Nitrates (NO3-) are chemicals which occur in beetroots, carrots, pomegranate, celery, lettuce and spinach. (Nitrates are also higher in foods grown in a greenhouse or hydroponically.) Recent studies of nitrates and their benefits to the human body and athletic performance show great improvements in health and disease.
Once nitrates enter the body, they are converted to bioactive nitrites (NO2-). Nitrites include preservatives found in luncheon meats, bacon, bologna, and hot dogs. Nitrites also play an important role in control of blood flow and blood pressure through conversion to nitric oxide (NO). NO causes the smooth muscles lining the walls of blood vessels to relax, thereby increasing blood flow to the area.
The conversion of nitrates to nitrites is greatly facilitated by probiotic bacteria on the back of the tongue. (Nitrates are greatly concentrated in the saliva.) The conversion uses nitrate as an electron acceptor and changes it to nitrite. NO is produced from nitrites in the stomach under low oxygen and high acid conditions.
Nitrates may be taken either as beetroot juice or as a nitrate supplement. The usual dose of beetroot juice is 2 cups; the dose of nitrates by supplementation is 10 mg/kg/day. Nitrates can be supplemented by the use of the amino acid l-arginine, which naturally produces NO in the body with the aid of enzymes.
Nitrate supplementation reduces systolic blood pressure. Some studies show that nitrates result in an improved tolerance to exercise. Others show improved muscle efficiency. To get maximum efficiency from nitrate supplementation, chlorhexadrine-based mouthwashes should be avoided. They kill the beneficial bacteria which convert nitrates to nitrites on the back of the tongue. The same may be true for alcohol-based mouth washes and chlorinated swimming pools, but further study is needed.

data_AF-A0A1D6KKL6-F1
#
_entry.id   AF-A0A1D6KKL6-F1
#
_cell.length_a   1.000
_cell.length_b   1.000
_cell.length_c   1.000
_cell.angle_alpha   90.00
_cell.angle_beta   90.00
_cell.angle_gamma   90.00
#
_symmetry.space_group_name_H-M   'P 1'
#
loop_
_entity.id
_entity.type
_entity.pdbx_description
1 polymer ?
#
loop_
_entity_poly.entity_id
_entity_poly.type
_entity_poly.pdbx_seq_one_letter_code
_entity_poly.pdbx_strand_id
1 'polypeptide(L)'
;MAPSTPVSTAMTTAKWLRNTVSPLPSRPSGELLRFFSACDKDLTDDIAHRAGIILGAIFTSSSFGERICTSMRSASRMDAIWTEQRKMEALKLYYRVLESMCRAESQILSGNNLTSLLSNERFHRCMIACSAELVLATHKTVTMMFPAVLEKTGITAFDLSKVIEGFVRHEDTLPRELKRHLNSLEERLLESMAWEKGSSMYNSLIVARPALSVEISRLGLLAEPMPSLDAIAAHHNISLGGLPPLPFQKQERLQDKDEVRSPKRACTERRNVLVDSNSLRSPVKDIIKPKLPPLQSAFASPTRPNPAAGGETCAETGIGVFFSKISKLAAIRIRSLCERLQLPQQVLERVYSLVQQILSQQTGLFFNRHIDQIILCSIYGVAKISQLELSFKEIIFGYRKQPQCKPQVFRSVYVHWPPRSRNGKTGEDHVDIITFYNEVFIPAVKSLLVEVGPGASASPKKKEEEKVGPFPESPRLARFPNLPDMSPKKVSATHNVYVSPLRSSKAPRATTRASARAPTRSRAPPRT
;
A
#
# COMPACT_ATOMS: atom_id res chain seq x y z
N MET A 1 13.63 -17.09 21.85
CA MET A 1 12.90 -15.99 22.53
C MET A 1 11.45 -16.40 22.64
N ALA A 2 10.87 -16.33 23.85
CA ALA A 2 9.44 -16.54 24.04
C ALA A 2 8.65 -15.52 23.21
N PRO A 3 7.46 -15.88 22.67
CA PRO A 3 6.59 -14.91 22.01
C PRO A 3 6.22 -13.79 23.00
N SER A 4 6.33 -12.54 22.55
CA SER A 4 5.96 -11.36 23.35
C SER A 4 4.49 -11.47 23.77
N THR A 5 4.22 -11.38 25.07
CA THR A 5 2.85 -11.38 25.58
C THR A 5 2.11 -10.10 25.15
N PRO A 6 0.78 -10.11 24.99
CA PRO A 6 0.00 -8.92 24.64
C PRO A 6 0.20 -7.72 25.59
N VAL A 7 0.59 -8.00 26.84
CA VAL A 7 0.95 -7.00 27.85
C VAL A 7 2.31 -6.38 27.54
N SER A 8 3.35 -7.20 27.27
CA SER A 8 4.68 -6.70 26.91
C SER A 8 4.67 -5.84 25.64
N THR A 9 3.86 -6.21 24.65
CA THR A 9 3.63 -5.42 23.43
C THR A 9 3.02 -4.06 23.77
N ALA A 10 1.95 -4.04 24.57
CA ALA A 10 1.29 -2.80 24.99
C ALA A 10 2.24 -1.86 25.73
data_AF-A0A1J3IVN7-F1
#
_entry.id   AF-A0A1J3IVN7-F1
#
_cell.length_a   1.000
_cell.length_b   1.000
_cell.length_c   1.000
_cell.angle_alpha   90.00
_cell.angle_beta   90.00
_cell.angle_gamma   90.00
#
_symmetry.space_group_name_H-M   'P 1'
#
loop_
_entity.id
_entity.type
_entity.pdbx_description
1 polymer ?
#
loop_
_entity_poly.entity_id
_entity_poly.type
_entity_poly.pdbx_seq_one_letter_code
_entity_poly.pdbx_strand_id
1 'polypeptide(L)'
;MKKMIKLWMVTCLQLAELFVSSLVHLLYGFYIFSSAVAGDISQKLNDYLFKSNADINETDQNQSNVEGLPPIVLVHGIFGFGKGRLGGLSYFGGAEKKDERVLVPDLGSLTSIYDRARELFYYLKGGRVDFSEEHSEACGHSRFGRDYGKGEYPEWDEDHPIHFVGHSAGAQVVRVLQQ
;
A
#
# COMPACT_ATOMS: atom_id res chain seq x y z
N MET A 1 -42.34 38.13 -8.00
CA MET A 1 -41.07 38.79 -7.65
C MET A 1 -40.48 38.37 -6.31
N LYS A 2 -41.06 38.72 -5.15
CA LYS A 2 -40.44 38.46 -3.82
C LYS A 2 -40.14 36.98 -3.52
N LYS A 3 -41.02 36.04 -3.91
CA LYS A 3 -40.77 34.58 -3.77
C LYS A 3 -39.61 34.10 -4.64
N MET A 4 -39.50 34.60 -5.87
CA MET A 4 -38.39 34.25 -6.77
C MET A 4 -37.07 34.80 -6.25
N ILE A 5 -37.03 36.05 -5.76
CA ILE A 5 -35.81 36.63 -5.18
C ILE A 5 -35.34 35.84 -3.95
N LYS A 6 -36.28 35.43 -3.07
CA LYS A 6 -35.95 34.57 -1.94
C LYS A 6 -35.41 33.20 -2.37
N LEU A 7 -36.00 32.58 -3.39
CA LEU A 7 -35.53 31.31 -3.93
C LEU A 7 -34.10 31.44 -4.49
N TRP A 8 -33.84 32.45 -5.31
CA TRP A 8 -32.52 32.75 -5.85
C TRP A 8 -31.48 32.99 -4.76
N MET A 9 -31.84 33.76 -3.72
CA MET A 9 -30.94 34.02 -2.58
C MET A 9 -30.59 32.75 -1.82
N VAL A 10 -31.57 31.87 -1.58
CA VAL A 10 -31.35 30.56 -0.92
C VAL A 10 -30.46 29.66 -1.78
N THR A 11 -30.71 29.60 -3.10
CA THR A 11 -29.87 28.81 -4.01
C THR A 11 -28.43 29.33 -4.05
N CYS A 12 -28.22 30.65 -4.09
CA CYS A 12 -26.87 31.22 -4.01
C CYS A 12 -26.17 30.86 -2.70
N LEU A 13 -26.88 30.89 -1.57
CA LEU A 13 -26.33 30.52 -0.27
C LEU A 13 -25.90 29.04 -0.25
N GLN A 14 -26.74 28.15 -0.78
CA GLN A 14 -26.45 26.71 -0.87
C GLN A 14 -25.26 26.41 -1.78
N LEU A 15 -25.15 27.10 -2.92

NO has many functions in the body besides controlling blood pressure and preventing hypertension. It is an important neurotransmitter for regulating the immune system. Nitrates prevent the clumping of platelets. An acidic and oxygen-deprived environment enhances the conversion of nitrites to NO, so dilation of the arteries occurs where it is needed most. The amount of NO that is needed for these functions can be obtained from a diet rich in vegetables.
Nitrates offer benefits to a majority of athletes, but not so much with ultra-intense athletes at the competitive level. In one study, athletes who used a nitrate-enhanced beetroot juice increased their running to exhaustion times by 15%. Even baked beetroot improved athletic performance, and studies show a reduced intake of oxygen at all levels of exercise–from walking to cycling in all age groups.
CONCLUSION: Nitrates may be the most important components of a vegetable-rich diet, supplying NO to prevent hypertension and cardiovascular diseases. Nitrate supplementation is a low-cost effective treatment of hypertension. The average dose is about 2 cups of beetroot juice around 2.5-3 hours before exercise by athletes.
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